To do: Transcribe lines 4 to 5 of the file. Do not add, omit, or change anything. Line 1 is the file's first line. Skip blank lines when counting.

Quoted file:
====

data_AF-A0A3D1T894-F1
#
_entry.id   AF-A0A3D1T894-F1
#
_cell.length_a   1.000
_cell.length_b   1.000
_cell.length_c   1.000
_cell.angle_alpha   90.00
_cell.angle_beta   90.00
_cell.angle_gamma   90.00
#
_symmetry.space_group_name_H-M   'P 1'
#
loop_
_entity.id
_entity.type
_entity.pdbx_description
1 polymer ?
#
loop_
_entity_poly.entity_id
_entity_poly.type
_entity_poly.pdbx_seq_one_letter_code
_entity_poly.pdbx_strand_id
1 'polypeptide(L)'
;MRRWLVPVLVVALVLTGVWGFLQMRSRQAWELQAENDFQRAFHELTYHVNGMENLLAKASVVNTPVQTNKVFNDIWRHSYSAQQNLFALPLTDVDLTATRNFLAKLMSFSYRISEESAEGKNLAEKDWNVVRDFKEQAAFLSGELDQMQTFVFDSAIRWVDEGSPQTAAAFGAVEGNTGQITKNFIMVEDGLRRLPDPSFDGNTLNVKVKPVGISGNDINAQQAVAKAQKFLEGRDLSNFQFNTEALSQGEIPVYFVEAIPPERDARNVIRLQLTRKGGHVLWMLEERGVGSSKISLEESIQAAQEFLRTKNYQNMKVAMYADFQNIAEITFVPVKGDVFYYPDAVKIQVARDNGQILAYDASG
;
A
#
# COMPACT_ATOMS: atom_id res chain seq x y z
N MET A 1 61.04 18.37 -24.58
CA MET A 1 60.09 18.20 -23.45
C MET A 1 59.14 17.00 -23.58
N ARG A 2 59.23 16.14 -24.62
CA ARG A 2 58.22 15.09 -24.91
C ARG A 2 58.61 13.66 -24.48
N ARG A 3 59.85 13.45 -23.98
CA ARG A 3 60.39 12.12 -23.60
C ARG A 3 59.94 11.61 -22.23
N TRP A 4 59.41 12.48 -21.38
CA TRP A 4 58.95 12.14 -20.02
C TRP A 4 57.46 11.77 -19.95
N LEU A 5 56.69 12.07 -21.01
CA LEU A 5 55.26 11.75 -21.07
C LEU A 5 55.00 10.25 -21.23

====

#
_cell.length_a   1.000